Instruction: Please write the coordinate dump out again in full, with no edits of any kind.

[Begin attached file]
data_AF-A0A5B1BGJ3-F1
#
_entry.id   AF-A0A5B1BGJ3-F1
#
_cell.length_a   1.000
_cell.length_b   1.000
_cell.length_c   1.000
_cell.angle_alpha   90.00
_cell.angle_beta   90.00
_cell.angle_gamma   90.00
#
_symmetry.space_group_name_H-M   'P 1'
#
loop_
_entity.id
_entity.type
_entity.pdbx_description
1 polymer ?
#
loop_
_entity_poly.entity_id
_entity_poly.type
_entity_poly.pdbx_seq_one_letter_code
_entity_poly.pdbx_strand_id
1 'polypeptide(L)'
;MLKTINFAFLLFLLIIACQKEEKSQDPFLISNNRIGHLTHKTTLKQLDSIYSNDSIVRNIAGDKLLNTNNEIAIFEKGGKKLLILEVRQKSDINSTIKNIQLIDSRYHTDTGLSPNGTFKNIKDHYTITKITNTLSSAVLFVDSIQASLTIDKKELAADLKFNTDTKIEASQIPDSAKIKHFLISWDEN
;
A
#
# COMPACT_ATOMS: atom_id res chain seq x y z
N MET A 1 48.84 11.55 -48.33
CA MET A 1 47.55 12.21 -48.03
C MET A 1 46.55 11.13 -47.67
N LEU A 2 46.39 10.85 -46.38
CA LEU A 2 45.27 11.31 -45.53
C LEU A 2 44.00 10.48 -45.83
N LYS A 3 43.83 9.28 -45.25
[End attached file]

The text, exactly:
data_AF-A0A5B1BGJ3-F1
#
_entry.id   AF-A0A5B1BGJ3-F1
#
_cell.length_a   1.000
_cell.length_b   1.000
_cell.length_c   1.000
_cell.angle_alpha   90.00
_cell.angle_beta   90.00
_cell.angle_gamma   90.00
#
_symmetry.space_group_name_H-M   'P 1'
#
loop_
_entity.id
_entity.type
_entity.pdbx_description
1 polymer ?
#
loop_
_entity_poly.entity_id
_entity_poly.type
_entity_poly.pdbx_seq_one_letter_code
_entity_poly.pdbx_strand_id
1 'polypeptide(L)'
;MLKTINFAFLLFLLIIACQKEEKSQDPFLISNNRIGHLTHKTTLKQLDSIYSNDSIVRNIAGDKLLNTNNEIAIFEKGGKKLLILEVRQKSDINSTIKNIQLIDSRYHTDTGLSPNGTFKNIKDHYTITKITNTLSSAVLFVDSIQASLTIDKKELAADLKFNTDTKIEASQIPDSAKIKHFLISWDEN
;
A
#
# COMPACT_ATOMS: atom_id res chain seq x y z
N MET A 1 48.84 11.55 -48.33
CA MET A 1 47.55 12.21 -48.03
C MET A 1 46.55 11.13 -47.67
N LEU A 2 46.39 10.85 -46.38
CA LEU A 2 45.27 11.31 -45.53
C LEU A 2 44.00 10.48 -45.83
N LYS A 3 43.83 9.28 -45.25